was selected, occupied and fought upon the day before Colonel Lee reached the battle field).
General Longstreet in his report says:
"Early on the 29th the columns were united and the advance to join General Jackson was resumed. * * * Colonel Walton placed his batteries in a commanding position between my line and that of General Jackson and engaged the enemy for several hours in a severe and successful artillery duel.
"During the day (30th) Colonel S. D. Lee, with his reserve artillery placed in the position occupied the day previous by Colonel Walton, engaged the enemy in a very severe artillery combat. The result was, as on the day previous, a success."
General Robert E. Lee in his report to the Secretary of War says:
"August 29th, Colonel Walton placed a part of his artillery upon a commanding position between Generals Jackson and Longstreet, by order of the latter, and engaged the enemy vigorously for several hours.
"On the morning of the 30th the enemy again advanced * * * The batteries of Colonel Stephen D. Lee took the position occupied the day before by Colonel Walton."
What is contained in the foregoing is, I suppose, sufficient to establish that the fine position selected for the artillery was selected and occupied by artillery of my artillery corps the day before Colonel Lee arrived near the scene of the battle, which he reached only on the 30th, and that he occupied the identical position the day following that upon which my batteries had engaged the enemy in a very severe artillery combat vigorously for several hours. I cannot add to this evidence of the fact that Colonel Lee did not have, and could not have had by any possibility, anything to do with the selecting or securing that splendid position for artillery combat, no matter to whom the credit may belong.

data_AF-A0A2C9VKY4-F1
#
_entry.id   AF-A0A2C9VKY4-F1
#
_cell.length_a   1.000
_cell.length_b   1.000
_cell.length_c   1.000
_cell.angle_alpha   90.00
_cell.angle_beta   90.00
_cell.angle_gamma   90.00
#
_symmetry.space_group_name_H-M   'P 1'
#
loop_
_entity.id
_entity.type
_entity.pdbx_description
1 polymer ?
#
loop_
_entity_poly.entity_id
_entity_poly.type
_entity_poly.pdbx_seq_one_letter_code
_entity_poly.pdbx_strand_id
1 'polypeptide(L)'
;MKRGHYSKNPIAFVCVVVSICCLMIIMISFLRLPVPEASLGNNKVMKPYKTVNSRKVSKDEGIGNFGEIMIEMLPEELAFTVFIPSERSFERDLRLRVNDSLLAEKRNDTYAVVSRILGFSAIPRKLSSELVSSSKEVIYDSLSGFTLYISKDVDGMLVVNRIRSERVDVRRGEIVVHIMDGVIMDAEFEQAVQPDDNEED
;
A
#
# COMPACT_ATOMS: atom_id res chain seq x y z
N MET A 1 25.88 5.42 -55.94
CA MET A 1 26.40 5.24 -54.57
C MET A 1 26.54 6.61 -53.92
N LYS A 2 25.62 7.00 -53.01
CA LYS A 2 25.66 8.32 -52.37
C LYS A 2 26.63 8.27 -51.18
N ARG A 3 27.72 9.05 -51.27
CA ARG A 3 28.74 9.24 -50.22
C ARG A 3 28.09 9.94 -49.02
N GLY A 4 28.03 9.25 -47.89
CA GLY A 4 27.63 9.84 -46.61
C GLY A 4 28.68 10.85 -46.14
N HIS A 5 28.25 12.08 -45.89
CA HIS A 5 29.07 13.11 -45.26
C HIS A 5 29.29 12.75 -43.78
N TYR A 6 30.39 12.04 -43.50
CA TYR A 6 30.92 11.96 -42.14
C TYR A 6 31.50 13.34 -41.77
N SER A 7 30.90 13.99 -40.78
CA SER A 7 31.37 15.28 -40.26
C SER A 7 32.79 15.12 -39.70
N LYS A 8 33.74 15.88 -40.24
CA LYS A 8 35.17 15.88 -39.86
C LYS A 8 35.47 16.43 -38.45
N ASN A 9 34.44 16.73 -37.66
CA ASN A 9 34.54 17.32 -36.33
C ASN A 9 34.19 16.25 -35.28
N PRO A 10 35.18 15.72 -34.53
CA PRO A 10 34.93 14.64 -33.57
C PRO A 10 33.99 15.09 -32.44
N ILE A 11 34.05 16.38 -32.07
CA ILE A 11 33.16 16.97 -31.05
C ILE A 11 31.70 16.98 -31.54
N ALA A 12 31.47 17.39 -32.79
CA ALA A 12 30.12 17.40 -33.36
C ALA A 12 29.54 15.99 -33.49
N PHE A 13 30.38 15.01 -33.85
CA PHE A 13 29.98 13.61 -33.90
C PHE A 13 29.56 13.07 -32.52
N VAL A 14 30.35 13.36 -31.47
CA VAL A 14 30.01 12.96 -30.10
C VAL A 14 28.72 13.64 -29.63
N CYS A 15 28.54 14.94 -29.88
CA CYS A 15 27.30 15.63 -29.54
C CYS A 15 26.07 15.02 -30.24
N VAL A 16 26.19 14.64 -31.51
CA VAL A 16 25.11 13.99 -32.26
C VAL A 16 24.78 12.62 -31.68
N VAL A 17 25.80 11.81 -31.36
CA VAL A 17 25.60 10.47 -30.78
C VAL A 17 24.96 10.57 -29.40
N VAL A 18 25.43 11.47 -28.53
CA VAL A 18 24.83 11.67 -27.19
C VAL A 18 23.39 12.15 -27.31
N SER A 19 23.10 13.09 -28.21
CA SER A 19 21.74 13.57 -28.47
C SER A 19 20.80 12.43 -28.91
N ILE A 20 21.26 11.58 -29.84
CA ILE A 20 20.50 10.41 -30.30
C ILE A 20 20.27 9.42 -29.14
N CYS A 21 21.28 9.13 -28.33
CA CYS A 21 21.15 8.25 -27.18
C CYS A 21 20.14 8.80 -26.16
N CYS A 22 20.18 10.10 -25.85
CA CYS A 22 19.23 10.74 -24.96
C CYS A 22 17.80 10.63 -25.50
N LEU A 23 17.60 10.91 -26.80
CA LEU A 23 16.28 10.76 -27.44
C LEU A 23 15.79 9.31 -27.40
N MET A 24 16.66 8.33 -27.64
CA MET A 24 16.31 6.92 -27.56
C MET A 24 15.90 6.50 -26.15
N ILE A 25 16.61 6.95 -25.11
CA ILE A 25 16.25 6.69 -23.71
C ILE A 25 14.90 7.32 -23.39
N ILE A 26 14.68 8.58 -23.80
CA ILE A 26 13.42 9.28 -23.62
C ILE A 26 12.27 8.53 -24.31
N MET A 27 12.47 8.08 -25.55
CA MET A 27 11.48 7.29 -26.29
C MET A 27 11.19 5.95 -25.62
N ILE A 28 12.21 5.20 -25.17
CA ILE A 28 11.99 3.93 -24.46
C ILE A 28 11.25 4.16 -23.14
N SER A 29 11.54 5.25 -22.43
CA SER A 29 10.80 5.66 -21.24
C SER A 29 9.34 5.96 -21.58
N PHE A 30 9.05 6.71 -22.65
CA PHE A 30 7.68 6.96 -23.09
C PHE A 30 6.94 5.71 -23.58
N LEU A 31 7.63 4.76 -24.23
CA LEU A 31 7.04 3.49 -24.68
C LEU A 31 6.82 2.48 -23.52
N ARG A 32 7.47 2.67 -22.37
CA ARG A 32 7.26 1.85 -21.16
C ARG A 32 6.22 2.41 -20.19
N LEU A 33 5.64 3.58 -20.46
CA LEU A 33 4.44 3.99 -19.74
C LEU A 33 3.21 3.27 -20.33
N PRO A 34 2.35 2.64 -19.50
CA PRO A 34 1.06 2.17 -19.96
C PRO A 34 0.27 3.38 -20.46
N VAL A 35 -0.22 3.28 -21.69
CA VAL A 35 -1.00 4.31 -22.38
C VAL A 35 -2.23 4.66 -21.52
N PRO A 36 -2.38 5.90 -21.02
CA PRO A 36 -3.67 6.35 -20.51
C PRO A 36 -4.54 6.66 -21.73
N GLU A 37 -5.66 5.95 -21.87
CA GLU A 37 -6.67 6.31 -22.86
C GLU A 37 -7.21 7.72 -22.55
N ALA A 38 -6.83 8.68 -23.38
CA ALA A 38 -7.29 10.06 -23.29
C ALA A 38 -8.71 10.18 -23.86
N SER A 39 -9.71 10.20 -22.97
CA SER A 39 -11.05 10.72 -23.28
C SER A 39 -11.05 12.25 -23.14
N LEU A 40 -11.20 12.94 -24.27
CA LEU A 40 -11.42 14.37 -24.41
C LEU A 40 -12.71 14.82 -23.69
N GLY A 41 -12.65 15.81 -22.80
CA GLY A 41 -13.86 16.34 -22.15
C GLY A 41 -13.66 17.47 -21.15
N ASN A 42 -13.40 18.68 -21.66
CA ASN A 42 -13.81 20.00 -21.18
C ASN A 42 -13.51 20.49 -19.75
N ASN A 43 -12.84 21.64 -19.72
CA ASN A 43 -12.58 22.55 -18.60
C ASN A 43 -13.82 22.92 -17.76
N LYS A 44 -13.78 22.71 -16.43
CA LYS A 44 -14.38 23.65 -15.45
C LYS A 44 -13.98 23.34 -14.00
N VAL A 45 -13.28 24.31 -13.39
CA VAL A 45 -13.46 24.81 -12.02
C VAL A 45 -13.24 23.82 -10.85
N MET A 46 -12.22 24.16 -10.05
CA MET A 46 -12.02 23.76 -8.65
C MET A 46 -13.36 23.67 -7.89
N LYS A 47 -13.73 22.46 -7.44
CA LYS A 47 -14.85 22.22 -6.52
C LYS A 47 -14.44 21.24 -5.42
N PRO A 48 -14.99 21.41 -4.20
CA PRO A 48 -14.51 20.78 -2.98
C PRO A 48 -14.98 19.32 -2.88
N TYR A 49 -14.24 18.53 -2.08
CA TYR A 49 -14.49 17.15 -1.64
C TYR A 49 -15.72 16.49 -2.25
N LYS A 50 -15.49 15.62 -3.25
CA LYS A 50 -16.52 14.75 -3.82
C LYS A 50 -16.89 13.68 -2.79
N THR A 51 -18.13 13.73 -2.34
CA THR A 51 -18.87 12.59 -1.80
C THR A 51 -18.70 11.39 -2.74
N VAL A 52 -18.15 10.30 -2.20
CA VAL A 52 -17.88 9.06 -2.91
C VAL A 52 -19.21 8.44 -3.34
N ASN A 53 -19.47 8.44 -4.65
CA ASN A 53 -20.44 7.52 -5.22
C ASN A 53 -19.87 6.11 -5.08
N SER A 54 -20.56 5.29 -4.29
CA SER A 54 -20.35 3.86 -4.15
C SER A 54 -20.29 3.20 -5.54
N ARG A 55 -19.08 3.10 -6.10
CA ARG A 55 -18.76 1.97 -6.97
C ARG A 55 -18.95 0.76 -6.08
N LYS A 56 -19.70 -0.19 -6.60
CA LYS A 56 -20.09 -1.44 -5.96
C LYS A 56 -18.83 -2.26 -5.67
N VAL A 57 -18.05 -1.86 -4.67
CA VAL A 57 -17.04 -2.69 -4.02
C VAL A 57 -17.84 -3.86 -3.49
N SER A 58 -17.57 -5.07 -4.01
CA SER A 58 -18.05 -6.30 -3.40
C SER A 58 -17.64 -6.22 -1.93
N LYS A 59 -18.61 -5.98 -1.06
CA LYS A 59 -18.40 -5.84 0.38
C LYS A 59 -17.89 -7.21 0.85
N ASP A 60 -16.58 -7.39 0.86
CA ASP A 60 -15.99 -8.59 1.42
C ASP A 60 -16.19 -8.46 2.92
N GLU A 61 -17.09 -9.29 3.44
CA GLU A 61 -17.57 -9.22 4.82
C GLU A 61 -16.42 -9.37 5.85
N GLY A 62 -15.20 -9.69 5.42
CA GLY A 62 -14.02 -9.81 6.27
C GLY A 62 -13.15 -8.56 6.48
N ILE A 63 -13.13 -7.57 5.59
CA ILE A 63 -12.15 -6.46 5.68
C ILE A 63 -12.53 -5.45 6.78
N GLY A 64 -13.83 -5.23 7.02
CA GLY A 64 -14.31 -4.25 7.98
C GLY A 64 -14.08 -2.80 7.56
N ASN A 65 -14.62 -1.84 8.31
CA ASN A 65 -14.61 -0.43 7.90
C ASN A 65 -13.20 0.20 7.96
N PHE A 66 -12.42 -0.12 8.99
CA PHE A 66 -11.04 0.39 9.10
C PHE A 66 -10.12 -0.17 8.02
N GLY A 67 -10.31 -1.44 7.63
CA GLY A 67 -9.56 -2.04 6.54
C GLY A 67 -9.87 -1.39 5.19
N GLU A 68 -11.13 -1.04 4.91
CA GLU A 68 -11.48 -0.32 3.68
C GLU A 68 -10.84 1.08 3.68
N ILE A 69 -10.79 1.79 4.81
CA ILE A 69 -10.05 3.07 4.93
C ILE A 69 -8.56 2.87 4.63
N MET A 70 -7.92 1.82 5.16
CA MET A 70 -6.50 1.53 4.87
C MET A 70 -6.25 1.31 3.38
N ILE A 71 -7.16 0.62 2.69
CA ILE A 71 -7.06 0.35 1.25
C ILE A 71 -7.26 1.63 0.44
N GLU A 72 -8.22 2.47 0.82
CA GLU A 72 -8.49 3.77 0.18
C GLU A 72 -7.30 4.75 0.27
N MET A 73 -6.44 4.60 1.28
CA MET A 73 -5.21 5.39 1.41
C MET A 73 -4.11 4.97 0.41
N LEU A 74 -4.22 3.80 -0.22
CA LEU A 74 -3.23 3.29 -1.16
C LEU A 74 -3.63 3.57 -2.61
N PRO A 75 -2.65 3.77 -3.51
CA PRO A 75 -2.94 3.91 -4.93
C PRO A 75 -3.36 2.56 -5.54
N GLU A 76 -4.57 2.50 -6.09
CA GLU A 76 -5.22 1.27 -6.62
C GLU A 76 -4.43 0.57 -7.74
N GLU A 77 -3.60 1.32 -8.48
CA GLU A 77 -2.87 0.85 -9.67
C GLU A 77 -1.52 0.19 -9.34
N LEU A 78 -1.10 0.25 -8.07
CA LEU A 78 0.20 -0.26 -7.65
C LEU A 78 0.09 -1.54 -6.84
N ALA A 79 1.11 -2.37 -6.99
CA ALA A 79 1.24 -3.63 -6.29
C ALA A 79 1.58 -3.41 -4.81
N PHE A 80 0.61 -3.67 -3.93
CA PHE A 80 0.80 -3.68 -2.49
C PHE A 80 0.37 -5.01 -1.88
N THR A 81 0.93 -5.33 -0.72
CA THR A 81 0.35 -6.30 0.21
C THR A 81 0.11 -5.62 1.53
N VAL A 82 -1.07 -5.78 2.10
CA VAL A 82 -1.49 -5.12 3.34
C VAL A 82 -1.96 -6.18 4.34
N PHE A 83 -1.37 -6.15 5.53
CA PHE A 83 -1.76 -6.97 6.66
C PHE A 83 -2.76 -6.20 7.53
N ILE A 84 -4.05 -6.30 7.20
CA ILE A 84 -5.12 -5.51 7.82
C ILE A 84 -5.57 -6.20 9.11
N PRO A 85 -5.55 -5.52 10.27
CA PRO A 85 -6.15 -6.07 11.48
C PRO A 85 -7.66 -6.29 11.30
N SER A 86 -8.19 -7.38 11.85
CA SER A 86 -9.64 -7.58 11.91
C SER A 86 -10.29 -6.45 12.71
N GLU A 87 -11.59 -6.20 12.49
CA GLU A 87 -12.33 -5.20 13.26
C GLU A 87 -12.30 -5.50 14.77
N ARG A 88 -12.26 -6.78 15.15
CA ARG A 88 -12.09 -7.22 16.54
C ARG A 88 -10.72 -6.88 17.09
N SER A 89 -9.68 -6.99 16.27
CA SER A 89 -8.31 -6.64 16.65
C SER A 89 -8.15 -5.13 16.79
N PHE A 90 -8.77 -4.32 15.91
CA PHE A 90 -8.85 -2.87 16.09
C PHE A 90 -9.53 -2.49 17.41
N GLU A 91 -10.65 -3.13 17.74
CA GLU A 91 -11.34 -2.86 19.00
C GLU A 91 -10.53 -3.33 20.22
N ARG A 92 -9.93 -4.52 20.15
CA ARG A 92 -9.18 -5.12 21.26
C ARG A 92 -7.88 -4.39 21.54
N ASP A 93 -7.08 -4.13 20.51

I have hastily and imperfectly written (nothing from memory) what is here for such use as you may be disposed to make of it, but, with the understanding, that I cannot for a moment suppose that Colonel Lee intended to convey the idea that he selected the position I occupied and fought upon when he, with his battalion, was still at Thoroughfare Gap.
With my apology for the unsatisfactory manner I accomplished your wishes and submitting to any correction,
I remain, very truly yours,
J. B. Walton.
General James Longstreet, Gainesville, Ga.